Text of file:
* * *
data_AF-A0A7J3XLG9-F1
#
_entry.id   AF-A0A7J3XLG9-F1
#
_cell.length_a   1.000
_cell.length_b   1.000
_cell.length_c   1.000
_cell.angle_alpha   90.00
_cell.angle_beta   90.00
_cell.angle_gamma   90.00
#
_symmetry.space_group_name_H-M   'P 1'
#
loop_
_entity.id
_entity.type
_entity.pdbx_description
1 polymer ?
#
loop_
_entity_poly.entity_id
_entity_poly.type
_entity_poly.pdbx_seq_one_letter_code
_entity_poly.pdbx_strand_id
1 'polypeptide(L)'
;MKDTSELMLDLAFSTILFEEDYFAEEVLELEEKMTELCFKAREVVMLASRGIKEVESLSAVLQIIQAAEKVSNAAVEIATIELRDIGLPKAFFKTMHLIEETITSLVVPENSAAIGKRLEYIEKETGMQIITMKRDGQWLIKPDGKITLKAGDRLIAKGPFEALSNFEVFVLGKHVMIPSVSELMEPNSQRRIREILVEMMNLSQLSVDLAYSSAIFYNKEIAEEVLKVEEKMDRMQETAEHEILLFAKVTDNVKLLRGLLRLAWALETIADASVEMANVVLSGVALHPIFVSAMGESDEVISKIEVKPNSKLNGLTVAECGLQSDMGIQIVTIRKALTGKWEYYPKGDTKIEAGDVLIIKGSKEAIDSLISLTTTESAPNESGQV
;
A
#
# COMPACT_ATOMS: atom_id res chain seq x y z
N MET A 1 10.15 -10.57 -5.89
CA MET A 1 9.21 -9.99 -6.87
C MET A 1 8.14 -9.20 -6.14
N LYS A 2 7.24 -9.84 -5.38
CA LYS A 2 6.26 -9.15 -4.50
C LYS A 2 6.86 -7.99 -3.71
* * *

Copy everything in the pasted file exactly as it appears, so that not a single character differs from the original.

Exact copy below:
data_AF-A0A7J3XLG9-F1
#
_entry.id   AF-A0A7J3XLG9-F1
#
_cell.length_a   1.000
_cell.length_b   1.000
_cell.length_c   1.000
_cell.angle_alpha   90.00
_cell.angle_beta   90.00
_cell.angle_gamma   90.00
#
_symmetry.space_group_name_H-M   'P 1'
#
loop_
_entity.id
_entity.type
_entity.pdbx_description
1 polymer ?
#
loop_
_entity_poly.entity_id
_entity_poly.type
_entity_poly.pdbx_seq_one_letter_code
_entity_poly.pdbx_strand_id
1 'polypeptide(L)'
;MKDTSELMLDLAFSTILFEEDYFAEEVLELEEKMTELCFKAREVVMLASRGIKEVESLSAVLQIIQAAEKVSNAAVEIATIELRDIGLPKAFFKTMHLIEETITSLVVPENSAAIGKRLEYIEKETGMQIITMKRDGQWLIKPDGKITLKAGDRLIAKGPFEALSNFEVFVLGKHVMIPSVSELMEPNSQRRIREILVEMMNLSQLSVDLAYSSAIFYNKEIAEEVLKVEEKMDRMQETAEHEILLFAKVTDNVKLLRGLLRLAWALETIADASVEMANVVLSGVALHPIFVSAMGESDEVISKIEVKPNSKLNGLTVAECGLQSDMGIQIVTIRKALTGKWEYYPKGDTKIEAGDVLIIKGSKEAIDSLISLTTTESAPNESGQV
;
A
#
# COMPACT_ATOMS: atom_id res chain seq x y z
N MET A 1 10.15 -10.57 -5.89
CA MET A 1 9.21 -9.99 -6.87
C MET A 1 8.14 -9.20 -6.14
N LYS A 2 7.24 -9.84 -5.38
CA LYS A 2 6.26 -9.15 -4.50
C LYS A 2 6.86 -7.99 -3.71